- The Washington Times - Tuesday, March 20, 2007

VIENNA, Austria — Russia is pulling its specialists from the Iranian nuclear reactor site they were helping build, U.S. and European officials said yesterday. The move reflected a growing rift between Iran and Russia that could lead to harsher U.N. sanctions on the Islamic republic for its refusal to stop uranium enrichment.

A large number of Russian technicians, engineers and other specialists have returned to Moscow in the past week, at about the same time senior Russian and Iranian officials tried unsuccessfully to resolve financial differences over the Bushehr nuclear reactor, a European diplomat and U.S. official said. They spoke on the condition of anonymity because their information was confidential.

“A good number of them have left recently,” the U.S. official said about the approximately 2,000 Russian workers on the site of the nearly completed reactor outside the southern city of Bushehr. The European diplomat, who is accredited to the Vienna-based International Atomic Energy Agency, said a large number had left as recently as last week.

Sergei Novikov, a spokesman for Rosatom, Russia’s Federal Nuclear Power Agency, confirmed that the number of Russian workers at the Bushehr plant had dwindled because of what he said were Iranian payment delays. He would not say how many had left.

In a commentary, Iranian state television criticized Russia for what it described as a policy of procrastination in constructing Bushehr.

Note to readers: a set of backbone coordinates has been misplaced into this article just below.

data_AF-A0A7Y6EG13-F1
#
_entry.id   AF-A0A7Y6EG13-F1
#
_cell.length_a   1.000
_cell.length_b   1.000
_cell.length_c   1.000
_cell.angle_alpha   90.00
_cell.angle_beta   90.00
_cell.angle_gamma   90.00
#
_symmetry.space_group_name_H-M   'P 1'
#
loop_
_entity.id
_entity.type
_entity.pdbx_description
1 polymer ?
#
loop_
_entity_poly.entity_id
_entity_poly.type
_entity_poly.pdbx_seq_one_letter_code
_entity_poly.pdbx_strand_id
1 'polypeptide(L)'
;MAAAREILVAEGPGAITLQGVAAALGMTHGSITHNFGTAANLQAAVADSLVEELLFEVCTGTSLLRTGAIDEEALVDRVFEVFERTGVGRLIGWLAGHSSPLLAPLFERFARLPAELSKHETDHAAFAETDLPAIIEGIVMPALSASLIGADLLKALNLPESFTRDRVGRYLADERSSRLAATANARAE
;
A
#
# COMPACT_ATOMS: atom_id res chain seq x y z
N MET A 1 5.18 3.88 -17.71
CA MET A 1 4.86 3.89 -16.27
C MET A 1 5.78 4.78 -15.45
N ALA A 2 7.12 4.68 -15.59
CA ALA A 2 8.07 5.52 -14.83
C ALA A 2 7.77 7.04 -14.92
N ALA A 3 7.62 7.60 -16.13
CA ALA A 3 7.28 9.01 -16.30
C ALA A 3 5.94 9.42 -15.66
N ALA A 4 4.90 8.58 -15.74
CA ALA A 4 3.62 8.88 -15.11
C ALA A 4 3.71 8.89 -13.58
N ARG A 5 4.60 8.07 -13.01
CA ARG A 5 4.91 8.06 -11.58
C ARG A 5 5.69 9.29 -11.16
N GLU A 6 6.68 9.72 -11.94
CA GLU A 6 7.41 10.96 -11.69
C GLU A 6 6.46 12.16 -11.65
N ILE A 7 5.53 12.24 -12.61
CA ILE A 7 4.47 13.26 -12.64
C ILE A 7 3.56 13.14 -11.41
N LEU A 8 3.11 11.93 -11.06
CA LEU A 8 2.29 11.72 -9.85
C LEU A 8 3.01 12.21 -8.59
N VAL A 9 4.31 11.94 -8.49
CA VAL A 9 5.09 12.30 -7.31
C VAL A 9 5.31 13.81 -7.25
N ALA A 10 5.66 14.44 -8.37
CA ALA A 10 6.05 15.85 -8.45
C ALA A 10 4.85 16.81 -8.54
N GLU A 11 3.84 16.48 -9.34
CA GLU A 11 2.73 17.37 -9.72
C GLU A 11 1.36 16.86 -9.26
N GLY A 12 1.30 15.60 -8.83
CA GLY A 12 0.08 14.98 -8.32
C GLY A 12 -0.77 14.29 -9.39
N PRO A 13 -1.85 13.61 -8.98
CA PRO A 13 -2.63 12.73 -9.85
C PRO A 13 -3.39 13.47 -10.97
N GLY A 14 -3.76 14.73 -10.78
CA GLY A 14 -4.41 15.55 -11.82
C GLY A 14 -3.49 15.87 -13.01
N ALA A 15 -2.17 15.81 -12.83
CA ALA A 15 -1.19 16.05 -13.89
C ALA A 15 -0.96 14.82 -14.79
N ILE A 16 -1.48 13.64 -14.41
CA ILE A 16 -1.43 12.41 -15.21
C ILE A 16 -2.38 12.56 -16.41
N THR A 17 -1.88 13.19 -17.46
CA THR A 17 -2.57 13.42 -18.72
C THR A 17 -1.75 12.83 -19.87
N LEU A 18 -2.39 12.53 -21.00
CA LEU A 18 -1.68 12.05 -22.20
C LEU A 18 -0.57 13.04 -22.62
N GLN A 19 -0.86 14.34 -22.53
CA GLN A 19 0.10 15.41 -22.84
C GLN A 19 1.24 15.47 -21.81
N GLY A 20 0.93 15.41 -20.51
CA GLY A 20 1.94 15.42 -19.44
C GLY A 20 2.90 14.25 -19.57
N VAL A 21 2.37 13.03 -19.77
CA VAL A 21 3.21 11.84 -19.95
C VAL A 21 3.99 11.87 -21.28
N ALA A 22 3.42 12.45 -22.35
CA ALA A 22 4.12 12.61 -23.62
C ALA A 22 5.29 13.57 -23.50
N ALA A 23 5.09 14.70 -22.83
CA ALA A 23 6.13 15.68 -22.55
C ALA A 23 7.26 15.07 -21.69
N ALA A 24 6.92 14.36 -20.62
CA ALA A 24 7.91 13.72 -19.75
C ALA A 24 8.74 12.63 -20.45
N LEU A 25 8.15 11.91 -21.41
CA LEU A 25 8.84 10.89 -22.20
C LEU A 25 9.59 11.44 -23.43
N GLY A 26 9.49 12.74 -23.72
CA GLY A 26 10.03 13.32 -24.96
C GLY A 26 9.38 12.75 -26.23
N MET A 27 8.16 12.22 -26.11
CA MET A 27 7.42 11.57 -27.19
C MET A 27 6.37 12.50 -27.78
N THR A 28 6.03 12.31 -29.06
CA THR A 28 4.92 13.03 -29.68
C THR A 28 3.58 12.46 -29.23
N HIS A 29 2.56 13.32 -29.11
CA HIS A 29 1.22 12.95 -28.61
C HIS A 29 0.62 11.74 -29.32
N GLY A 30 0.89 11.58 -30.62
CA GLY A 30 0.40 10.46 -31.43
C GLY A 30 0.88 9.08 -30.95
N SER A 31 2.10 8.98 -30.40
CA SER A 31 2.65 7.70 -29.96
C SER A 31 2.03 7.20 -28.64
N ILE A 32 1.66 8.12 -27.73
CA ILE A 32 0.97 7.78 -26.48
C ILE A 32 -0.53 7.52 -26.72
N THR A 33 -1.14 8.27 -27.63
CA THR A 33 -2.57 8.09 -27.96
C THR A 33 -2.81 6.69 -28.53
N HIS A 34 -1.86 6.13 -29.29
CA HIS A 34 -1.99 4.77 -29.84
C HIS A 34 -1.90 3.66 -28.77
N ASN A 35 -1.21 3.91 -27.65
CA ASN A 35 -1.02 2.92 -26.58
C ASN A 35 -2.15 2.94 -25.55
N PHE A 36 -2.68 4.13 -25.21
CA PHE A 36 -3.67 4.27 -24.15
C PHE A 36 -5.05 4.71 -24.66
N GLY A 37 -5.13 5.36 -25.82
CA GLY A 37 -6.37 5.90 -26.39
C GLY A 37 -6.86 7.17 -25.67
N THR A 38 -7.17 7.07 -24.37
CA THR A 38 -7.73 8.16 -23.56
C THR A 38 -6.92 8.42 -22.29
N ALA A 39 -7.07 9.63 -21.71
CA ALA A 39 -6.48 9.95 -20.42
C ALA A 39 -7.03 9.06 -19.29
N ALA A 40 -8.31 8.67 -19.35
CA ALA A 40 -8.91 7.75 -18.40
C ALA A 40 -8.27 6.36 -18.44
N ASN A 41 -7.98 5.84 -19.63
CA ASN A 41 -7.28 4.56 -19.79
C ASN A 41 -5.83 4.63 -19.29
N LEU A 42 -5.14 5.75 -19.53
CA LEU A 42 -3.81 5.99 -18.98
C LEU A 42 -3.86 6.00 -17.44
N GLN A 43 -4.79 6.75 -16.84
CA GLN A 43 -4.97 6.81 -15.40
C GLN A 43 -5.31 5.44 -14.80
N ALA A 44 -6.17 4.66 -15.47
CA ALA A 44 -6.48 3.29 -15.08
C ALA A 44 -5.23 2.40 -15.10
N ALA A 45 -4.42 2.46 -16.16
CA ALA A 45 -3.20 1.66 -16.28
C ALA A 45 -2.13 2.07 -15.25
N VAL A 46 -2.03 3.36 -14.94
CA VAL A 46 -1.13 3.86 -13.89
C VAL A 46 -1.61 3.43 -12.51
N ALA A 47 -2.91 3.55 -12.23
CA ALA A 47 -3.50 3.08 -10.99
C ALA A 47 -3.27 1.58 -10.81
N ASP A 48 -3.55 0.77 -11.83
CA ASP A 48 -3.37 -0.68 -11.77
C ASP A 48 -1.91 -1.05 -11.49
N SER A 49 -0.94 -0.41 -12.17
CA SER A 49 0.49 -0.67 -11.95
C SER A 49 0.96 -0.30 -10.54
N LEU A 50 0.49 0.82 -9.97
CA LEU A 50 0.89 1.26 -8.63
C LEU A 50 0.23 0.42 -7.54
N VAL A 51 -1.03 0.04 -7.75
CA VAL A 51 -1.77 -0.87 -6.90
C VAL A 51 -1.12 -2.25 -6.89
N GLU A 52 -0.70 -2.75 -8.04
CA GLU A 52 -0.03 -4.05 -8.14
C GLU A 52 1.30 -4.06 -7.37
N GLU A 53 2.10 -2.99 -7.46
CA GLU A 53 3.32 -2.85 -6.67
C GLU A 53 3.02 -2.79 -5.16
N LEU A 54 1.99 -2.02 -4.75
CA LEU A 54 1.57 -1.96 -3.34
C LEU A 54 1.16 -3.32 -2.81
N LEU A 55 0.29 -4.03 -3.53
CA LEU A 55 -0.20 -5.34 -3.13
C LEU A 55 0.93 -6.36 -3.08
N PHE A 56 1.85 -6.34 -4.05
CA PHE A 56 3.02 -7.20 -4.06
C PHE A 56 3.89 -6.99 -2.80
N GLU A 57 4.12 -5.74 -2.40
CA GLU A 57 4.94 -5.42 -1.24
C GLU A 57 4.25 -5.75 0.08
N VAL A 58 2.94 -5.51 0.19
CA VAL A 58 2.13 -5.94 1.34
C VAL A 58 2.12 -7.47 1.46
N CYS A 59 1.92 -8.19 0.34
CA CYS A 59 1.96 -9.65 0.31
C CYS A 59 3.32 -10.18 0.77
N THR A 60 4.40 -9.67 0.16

“Double-standard stances by Russian officials regarding Iran’s nuclear issue shows that Russians are not a reliable partner in the field of nuclear cooperation,” the commentary said.

The nuclear reactor outside the southern city of Bushehr is not part of Iran’s dispute with the U.N. Security Council and the reactor itself has no potential military use.

The Russian departures are formally linked to a financial dispute with Iran but have a strong political component, linked to international efforts to persuade the Islamic republic to freeze activities linked to uranium enrichment, which can produce both nuclear fuel and the fissile material for nuclear warheads.

Although the reactor is 95 percent completed, Russia announced this month that further work would be delayed because Iran had failed to make monthly payments since January. It said the delay could cause “irreversible” damage to the project.

Because of the delay, Russia also indefinitely postponed delivery of enriched uranium fuel it had promised to provide Iran by this month. Russia’s ambassador to the United Nations, Vitaly Churkin denied, however, that Russia had given Iran an ultimatum to suspend uranium enrichment or forgo the nuclear fuel and said the Bushehr project was entirely separate.

“We are discussing whatever economic circumstances there might be for the Iranian government, but we are not linking it to our discussions here in New York on Security Council resolutions and concerns associated with the Iranian nuclear program,” Mr. Churkin told reporters at U.N. headquarters in New York.

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